View Article: PubMed Central - PubMed

Affiliation: Department of Physics, National Central University, Jhongli 32001, Taiwan. s751734@hotmail.com.

ABSTRACT
We report on the design and observation of huge inverse magnetizations pointing in the direction opposite to the applied magnetic field, induced in nano-sized amorphous Ni shells deposited on crystalline Au nanoparticles by turning the applied magnetic field off. The magnitude of the induced inverse magnetization is very sensitive to the field reduction rate as well as to the thermal and field processes before turning the magnetic field off, and can be as high as 54% of the magnetization prior to cutting off the applied magnetic field. Memory effect of the induced inverse magnetization is clearly revealed in the relaxation measurements. The relaxation of the inverse magnetization can be described by an exponential decay profile, with a critical exponent that can be effectively tuned by the wait time right after reaching the designated temperature and before the applied magnetic field is turned off. The key to these effects is to have the induced eddy current running beneath the amorphous Ni shells through Faraday induction.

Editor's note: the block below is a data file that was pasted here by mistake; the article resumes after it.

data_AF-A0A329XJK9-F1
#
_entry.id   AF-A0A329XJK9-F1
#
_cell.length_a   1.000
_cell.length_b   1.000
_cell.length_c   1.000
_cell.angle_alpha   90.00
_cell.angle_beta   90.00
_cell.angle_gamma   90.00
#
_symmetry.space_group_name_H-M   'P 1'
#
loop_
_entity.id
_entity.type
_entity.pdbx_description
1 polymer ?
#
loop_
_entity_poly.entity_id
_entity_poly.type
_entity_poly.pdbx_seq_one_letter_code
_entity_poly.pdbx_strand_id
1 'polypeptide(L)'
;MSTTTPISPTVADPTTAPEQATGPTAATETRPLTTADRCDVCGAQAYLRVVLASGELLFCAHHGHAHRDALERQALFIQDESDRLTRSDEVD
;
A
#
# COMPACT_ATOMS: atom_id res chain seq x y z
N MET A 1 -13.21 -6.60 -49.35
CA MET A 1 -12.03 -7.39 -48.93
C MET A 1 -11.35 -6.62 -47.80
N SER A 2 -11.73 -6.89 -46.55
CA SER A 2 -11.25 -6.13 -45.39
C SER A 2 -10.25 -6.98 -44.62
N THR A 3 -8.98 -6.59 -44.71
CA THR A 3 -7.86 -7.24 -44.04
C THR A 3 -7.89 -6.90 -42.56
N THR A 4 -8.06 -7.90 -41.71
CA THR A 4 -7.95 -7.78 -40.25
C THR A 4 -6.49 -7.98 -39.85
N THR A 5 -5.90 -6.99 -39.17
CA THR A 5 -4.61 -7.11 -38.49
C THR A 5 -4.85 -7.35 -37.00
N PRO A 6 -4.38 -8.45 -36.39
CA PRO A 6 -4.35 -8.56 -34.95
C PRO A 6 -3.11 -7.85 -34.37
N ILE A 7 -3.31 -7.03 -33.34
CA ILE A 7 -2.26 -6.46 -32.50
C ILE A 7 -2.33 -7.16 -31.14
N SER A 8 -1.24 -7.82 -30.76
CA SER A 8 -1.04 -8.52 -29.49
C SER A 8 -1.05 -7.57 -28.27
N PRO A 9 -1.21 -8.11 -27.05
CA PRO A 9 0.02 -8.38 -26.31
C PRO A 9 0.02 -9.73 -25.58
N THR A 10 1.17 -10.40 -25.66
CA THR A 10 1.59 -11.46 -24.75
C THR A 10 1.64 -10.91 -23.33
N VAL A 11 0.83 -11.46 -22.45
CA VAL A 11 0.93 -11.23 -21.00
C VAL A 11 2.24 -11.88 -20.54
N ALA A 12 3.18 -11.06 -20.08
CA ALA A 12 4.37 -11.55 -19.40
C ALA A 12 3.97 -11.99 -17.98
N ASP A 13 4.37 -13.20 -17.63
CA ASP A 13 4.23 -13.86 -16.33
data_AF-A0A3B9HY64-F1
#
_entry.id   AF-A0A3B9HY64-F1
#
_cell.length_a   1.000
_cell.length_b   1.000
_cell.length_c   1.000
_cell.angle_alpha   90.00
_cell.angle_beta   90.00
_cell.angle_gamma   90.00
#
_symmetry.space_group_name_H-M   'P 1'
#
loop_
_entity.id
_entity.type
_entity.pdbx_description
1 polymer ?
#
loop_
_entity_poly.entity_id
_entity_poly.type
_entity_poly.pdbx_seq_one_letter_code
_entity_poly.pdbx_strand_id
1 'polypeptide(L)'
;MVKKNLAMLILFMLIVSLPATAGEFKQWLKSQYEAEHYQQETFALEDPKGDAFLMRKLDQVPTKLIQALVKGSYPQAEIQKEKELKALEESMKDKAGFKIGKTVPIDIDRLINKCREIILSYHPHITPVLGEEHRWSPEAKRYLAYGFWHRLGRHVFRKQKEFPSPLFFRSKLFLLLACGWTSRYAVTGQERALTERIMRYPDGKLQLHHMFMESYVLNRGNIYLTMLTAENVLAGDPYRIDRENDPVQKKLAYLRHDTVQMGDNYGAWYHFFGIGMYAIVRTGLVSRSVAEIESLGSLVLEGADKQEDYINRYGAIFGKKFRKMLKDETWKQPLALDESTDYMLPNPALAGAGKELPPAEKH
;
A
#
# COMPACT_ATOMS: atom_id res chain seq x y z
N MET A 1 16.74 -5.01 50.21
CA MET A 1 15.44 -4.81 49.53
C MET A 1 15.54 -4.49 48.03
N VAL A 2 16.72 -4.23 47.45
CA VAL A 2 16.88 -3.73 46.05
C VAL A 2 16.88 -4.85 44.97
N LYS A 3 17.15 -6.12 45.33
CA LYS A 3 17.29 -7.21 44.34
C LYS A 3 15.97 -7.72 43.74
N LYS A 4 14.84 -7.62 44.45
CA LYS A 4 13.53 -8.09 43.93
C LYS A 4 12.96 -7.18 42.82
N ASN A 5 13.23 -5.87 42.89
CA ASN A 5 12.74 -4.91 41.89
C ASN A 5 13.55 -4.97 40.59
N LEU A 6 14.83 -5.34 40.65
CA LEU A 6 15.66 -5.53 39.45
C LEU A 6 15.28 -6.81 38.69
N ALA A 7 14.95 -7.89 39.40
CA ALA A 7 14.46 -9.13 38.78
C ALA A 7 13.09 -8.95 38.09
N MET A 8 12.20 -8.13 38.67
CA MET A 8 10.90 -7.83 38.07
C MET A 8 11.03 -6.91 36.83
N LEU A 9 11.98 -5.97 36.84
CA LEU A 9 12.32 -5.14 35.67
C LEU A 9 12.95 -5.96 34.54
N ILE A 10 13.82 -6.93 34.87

No MeSH data available.


Related in: MedlinePlus